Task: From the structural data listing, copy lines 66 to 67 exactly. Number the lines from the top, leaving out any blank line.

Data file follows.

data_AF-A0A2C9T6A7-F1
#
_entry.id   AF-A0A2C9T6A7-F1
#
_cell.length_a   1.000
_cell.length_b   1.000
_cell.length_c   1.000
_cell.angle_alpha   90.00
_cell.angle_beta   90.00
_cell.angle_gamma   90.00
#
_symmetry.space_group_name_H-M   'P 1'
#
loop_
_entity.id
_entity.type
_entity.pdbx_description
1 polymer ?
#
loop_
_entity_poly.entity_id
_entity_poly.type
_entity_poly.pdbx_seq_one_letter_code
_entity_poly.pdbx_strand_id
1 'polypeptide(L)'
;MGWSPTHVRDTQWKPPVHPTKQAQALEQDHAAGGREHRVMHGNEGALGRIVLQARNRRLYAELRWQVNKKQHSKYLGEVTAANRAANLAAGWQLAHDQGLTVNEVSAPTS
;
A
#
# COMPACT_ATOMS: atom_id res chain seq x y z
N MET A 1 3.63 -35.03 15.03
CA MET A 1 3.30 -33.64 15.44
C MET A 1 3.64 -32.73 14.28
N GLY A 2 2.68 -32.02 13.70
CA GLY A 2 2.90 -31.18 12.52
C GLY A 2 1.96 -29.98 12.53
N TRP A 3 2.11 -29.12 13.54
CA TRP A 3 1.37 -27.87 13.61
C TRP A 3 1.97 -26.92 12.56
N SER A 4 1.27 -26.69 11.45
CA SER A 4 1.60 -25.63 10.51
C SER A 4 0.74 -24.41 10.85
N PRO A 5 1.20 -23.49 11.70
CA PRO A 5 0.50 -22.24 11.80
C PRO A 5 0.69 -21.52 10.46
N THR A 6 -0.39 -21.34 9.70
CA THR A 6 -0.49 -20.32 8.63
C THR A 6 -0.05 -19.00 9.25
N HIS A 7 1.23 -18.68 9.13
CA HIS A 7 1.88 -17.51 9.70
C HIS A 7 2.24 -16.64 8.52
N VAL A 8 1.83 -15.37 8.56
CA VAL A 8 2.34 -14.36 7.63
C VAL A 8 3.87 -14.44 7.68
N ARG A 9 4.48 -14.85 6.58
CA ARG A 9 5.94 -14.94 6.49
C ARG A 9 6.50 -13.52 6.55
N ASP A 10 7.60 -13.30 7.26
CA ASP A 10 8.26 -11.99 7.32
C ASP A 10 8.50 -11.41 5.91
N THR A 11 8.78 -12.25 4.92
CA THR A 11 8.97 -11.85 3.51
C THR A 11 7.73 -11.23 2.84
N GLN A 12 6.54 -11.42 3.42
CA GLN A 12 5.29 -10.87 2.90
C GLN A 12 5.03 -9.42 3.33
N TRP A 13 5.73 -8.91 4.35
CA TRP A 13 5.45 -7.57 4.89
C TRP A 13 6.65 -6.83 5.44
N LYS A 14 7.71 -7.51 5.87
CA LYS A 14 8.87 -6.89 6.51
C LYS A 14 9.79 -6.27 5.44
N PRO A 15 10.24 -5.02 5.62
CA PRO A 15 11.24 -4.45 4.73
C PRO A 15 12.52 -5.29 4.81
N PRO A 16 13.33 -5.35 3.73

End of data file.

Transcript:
C GLN A 12 5.03 -9.42 3.33
N TRP A 13 5.73 -8.91 4.35